Captain 11 is gone, but not soon forgottenSometime in the mid-1970s, Captain 11 made a personal appearance at Burke Real Estate here in Pierre, and I took Jennifer and Scott down to see him in the lot across the street from the old junior high school. We can prove we did it, because somewhere in the albums in the basement, we have a photo of the Captain, the two kids and me, standing there mugging for the camera.
By: Terry Woster, The Daily Republic
Sometime in the mid-1970s, Captain 11 made a personal appearance at Burke Real Estate here in Pierre, and I took Jennifer and Scott down to see him in the lot across the street from the old junior high school.
We can prove we did it, because somewhere in the albums in the basement, we have a photo of the Captain, the two kids and me, standing there mugging for the camera. Just before the shutter snapped, Captain 11 took his blue-and-yellow cap and placed it on my head. The kids thought that was pretty funny, and so did the Captain. I thought I looked kind of goofy, but when Captain 11 lets you wear his cap, even for one moment on a late spring afternoon, it’s a time to remember.
Over the years after that, I used to see Dave Dedrick here and there, and we struck up a casual acquaintance. We weren’t fast friends, you know? We didn’t hang out and watch football or go hunting. We just saw each other now and then and spent a few minutes chatting.
During one of those visits, at the State Fair in Huron where I was doing some reporting for the newspaper, I mentioned the afternoon in Pierre when I got to wear Captain 11’s cap. Dedrick, on the fairgrounds doing a meet-and-greet with the KELO folks across the street from the Freedom Stage, didn’t pretend to remember the incident. He got a kick out of me telling the story, though, partly because I also mentioned that I was probably half drunk at the time. That was a period when I was doing some serious abusing of alcohol, so if I was out and about late in the afternoon, more than likely, I’d been drinking.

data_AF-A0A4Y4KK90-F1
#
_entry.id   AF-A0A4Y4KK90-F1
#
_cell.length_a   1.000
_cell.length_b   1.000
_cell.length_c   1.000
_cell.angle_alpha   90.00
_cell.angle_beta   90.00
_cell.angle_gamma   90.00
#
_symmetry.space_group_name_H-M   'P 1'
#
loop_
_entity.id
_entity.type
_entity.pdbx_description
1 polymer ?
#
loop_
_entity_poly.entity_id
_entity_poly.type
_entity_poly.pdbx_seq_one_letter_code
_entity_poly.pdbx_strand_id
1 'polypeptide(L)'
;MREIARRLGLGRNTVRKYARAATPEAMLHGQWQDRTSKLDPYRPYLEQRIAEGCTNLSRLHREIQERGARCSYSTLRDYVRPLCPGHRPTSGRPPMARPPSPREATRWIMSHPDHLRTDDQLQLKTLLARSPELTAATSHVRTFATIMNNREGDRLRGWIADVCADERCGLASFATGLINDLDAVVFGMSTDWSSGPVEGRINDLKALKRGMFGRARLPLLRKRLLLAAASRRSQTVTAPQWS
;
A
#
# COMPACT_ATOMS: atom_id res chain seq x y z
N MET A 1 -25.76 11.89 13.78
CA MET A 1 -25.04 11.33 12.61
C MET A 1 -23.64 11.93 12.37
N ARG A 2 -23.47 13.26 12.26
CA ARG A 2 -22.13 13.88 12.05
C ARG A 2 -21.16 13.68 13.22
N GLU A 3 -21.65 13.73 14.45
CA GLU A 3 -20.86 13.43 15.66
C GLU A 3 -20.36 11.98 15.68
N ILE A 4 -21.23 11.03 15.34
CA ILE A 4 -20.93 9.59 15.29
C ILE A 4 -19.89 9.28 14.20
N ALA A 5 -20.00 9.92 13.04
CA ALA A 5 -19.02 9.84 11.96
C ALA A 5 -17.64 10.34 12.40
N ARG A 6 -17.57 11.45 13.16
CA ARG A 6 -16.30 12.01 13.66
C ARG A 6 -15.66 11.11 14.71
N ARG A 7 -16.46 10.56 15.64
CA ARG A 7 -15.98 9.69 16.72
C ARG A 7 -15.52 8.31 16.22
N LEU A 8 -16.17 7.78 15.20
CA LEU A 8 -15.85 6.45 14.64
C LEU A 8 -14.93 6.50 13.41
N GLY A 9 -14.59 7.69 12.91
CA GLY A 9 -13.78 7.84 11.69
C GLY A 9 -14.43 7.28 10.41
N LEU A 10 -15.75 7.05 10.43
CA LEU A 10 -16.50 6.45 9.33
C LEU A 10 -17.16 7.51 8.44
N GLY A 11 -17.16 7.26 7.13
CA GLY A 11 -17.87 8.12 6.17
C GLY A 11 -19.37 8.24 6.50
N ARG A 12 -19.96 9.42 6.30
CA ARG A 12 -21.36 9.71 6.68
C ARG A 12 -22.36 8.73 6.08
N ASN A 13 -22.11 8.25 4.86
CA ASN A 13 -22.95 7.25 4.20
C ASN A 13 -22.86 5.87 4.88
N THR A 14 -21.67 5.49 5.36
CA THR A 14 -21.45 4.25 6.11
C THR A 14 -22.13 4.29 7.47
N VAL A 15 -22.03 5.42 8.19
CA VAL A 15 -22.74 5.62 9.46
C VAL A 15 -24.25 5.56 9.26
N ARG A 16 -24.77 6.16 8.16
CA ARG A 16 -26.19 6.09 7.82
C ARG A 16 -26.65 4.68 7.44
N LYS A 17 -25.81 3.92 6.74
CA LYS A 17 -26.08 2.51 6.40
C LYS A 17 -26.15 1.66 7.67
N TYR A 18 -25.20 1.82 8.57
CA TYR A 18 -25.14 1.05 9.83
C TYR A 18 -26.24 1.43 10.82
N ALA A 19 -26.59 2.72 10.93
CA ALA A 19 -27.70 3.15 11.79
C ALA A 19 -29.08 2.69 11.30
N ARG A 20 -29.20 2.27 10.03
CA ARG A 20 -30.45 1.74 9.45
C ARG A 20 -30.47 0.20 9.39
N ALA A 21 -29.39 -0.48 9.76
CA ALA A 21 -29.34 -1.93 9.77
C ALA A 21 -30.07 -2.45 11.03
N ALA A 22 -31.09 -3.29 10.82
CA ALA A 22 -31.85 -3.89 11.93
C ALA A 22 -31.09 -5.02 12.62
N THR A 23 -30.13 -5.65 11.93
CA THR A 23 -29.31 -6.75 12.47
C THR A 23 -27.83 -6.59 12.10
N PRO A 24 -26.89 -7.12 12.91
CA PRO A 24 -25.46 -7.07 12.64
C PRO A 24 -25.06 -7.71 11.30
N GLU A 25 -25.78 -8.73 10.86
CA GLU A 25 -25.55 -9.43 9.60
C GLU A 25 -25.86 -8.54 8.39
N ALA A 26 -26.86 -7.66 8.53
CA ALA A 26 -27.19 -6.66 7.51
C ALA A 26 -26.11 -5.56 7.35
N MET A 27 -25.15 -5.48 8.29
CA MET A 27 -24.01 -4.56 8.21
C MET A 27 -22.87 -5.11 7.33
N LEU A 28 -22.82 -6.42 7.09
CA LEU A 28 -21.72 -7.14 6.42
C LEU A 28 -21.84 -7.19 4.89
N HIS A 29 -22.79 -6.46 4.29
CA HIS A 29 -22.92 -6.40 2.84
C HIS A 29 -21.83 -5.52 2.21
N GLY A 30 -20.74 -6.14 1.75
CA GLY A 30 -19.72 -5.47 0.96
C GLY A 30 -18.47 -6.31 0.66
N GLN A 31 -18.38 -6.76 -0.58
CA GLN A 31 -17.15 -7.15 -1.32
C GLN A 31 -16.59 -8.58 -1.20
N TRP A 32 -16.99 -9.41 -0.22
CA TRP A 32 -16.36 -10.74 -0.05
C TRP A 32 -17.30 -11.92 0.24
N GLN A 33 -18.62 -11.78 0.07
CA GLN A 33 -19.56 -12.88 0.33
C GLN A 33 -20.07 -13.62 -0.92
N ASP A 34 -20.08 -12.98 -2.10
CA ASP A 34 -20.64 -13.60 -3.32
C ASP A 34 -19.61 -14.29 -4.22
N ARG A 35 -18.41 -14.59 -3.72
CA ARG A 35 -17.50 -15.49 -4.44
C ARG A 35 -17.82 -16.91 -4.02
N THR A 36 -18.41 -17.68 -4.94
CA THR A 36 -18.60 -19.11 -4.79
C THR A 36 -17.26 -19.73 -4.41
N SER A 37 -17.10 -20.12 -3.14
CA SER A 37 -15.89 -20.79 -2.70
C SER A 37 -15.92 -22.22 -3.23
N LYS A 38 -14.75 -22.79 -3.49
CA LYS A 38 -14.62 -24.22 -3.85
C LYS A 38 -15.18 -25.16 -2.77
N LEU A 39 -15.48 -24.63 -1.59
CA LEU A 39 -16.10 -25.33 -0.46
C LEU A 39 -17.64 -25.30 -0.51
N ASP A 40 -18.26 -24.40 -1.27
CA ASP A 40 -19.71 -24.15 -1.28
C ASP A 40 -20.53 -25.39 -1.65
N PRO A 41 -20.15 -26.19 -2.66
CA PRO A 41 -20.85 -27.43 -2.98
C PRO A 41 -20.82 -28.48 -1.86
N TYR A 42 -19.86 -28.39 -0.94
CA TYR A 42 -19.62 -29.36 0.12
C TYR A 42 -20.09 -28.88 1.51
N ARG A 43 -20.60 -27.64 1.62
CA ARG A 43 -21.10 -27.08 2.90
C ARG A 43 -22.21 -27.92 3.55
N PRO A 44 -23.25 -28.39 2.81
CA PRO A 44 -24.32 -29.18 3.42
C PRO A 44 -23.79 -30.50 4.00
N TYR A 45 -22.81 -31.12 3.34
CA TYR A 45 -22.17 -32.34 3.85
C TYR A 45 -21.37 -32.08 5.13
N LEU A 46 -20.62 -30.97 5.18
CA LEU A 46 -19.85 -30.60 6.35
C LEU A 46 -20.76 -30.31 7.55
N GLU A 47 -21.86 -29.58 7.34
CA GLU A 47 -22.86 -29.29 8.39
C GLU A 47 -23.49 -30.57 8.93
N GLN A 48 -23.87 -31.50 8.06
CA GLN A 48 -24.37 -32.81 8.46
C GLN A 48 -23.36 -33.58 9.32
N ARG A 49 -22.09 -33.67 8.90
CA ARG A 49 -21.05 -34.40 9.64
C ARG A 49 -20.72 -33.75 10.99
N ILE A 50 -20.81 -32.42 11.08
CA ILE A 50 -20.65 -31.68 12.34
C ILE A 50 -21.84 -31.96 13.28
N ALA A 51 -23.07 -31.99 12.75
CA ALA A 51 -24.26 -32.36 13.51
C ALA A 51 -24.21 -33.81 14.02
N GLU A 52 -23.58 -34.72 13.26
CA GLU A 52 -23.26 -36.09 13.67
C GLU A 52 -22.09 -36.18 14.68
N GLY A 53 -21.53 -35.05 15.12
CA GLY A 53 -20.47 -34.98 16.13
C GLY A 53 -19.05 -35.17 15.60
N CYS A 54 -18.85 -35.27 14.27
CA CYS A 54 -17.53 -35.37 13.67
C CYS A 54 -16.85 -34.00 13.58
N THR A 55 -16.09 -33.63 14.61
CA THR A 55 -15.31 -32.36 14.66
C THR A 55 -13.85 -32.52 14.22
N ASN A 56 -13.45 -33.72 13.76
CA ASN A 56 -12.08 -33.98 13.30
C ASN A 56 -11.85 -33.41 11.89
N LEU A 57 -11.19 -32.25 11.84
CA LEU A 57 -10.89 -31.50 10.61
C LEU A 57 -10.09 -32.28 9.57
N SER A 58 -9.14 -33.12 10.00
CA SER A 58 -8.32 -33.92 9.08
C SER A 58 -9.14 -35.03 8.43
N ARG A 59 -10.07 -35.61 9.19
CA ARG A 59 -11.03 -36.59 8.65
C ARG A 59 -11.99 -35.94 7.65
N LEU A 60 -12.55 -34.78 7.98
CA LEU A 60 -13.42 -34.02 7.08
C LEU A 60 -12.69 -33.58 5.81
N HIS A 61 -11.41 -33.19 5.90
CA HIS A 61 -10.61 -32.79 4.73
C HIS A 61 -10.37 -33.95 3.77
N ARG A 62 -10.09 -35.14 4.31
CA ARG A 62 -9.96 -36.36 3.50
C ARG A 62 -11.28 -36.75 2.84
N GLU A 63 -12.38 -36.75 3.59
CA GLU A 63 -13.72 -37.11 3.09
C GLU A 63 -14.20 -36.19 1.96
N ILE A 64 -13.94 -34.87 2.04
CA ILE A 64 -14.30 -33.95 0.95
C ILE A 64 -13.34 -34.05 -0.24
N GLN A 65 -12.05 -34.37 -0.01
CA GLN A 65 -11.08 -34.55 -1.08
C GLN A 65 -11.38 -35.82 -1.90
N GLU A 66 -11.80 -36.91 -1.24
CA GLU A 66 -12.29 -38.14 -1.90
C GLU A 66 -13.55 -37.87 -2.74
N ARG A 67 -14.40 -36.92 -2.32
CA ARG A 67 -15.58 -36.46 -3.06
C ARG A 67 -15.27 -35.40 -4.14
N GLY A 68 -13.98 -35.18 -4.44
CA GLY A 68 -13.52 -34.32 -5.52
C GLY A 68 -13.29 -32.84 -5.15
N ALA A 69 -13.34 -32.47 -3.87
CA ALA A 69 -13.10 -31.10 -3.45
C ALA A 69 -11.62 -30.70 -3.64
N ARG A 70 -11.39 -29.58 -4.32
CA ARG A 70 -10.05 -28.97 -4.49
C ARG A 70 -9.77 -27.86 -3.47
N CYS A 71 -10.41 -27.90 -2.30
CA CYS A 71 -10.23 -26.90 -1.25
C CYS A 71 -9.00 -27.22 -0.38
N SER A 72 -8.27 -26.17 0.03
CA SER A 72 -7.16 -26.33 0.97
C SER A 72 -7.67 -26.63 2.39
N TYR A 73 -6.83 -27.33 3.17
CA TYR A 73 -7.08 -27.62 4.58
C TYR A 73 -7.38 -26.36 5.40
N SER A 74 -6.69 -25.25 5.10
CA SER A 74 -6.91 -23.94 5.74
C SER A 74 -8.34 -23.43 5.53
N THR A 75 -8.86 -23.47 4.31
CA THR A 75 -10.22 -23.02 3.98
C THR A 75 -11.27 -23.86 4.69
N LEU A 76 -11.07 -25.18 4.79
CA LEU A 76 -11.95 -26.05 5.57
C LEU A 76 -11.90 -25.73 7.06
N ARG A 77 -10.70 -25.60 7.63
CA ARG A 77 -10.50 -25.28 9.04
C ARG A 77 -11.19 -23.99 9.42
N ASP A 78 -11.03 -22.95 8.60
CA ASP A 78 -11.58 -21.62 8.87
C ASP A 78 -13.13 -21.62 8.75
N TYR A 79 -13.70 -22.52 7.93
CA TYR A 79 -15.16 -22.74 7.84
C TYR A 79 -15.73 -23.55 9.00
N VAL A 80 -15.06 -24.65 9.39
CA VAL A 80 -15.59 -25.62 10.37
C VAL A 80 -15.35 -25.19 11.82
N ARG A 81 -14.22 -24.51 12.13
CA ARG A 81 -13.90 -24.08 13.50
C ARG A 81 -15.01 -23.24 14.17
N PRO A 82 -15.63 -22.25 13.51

Our fairground conversation took place at the time Dedrick was finishing his book, “It Ain’t All Cartoons,” and he had described for me the way the book opened and how he handled the subject of alcoholism and recovery. He was a storyteller, Dedrick was, whether he was in the Captain 11 uniform or in street clothes on a dusty State Fair street, slapping a free yardstick against his thigh as he spoke. I’ll admit I had chills as he talked about some of the stuff in his book. I promised myself I’d get a copy as soon as it came out to read how it all turned out. As a great storyteller will, he left me in suspense about the book that day at the fairgrounds and moved to other topics.
One of those topics involved the traveling each of us had done through South Dakota’s back country. I did most of mine chasing stories. He did much of his traveling to and from personal appearances or hunting trips. We had covered a surprising number of the same unbeaten paths.
As we were one-upping each other over the prettiest pieces of scenery that most people will never see, we discovered that for each of us, one of those places was the White River valley south of Reliance. In fact, Dedrick said, he was thinking of having himself buried there, right in the bluffs along the winding road that rises out of the river valley. He said he thought he might have a shiny marker, and when cars traveling south on that road in the evening rose out of the valley and made that sweeping turn part way up the hill, their headlights at night would catch the marker.
Everyone who passed that way, Dedrick said laughing, would see that flash of light and remember him.
I’d driven that road many times. I knew exactly the spot he meant. I could picture headlights hitting a metal marker, and I could see the smiles on the faces of the people in that car as they realized what they were seeing.
Now that he has gone, I remember when the Captain let me wear his hat and when Dave Dedrick talked about being remembered. Even as we talked, I knew he wouldn’t need a metal marker on a hillside. People won’t soon forget Captain 11 — or Dave Dedrick.
Terry Woster’s column appears Saturdays and Wednesdays in The Daily Republic.